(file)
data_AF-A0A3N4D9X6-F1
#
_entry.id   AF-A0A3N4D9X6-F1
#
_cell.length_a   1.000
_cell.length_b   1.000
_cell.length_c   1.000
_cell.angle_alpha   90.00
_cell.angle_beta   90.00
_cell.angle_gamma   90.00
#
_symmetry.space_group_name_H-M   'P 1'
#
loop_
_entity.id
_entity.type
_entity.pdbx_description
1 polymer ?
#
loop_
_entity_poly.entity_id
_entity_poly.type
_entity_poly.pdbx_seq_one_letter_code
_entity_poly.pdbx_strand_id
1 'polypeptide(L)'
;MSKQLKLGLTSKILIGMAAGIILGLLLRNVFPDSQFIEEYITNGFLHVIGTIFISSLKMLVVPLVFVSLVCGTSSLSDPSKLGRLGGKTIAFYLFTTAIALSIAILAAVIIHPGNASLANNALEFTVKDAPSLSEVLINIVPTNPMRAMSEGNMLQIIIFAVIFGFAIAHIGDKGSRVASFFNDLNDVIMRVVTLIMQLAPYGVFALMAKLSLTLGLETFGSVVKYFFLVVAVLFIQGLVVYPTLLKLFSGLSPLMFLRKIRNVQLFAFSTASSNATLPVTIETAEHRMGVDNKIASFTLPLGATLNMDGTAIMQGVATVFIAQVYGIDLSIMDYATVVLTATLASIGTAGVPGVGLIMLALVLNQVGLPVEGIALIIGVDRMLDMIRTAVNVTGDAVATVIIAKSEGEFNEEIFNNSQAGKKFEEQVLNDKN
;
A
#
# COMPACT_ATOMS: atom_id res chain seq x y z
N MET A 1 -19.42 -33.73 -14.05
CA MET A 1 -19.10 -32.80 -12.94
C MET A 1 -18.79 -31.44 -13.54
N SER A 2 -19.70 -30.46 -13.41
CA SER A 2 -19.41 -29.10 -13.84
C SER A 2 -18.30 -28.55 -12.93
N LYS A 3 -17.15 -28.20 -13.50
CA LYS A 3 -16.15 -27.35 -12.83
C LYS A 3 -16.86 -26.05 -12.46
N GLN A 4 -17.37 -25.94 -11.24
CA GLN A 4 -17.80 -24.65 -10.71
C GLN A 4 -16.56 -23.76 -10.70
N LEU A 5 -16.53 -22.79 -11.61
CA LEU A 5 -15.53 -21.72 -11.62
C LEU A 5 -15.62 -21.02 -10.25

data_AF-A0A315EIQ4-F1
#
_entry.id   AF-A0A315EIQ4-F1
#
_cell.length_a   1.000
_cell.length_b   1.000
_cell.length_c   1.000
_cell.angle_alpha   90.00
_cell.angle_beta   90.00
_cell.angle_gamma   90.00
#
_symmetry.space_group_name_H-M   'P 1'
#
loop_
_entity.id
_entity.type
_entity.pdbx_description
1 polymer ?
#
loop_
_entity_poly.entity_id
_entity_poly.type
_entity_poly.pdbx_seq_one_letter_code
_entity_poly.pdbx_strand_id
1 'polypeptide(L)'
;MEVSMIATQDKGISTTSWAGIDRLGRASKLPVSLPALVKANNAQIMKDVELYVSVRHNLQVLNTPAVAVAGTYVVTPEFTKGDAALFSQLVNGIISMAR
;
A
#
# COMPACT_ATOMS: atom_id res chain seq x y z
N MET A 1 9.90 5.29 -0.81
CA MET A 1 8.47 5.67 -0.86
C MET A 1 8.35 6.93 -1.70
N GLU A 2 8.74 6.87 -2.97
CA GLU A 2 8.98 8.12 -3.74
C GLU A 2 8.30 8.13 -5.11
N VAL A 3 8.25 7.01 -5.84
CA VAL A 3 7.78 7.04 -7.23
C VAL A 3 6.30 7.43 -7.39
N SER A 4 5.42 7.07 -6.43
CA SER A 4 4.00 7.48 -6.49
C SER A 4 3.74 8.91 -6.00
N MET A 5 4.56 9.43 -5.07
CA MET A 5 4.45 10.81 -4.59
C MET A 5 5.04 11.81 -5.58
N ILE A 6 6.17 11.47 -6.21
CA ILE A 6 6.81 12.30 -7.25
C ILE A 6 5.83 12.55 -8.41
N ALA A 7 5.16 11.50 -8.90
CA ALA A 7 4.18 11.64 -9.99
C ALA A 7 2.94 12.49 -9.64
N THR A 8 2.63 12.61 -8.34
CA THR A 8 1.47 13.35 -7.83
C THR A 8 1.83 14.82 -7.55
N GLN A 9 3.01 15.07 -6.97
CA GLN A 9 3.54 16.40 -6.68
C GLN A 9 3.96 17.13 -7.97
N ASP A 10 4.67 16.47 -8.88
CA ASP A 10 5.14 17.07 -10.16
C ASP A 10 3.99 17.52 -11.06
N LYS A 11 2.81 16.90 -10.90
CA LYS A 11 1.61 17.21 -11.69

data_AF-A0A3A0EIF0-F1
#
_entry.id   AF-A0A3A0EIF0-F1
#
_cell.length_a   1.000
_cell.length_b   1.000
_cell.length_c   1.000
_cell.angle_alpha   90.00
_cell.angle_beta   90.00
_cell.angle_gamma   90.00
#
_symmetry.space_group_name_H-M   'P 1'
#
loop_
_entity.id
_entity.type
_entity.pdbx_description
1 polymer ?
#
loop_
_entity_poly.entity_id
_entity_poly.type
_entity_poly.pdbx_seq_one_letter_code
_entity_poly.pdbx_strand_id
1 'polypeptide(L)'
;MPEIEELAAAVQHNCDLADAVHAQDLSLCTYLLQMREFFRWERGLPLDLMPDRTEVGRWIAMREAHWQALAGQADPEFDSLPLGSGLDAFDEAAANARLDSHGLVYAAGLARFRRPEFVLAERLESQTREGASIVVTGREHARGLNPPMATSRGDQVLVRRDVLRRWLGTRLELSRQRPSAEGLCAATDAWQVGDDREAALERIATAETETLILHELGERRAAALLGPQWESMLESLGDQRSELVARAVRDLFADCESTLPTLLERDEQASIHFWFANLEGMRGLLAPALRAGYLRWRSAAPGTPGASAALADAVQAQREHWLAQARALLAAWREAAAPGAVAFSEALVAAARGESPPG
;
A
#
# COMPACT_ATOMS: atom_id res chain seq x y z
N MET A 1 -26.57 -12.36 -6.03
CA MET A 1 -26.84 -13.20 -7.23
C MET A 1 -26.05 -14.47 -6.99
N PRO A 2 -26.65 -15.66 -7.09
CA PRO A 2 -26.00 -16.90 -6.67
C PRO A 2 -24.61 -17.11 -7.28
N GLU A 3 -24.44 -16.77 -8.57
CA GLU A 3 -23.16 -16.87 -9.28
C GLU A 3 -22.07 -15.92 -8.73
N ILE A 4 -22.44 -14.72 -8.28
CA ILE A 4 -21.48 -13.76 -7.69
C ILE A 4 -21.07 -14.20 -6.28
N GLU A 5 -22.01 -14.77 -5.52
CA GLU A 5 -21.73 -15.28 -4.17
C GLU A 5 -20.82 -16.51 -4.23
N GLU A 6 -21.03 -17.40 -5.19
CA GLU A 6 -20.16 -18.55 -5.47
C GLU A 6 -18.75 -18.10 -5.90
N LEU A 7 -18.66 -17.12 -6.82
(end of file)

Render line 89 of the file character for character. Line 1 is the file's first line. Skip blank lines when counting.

CA MET A 5 4.45 10.81 -4.59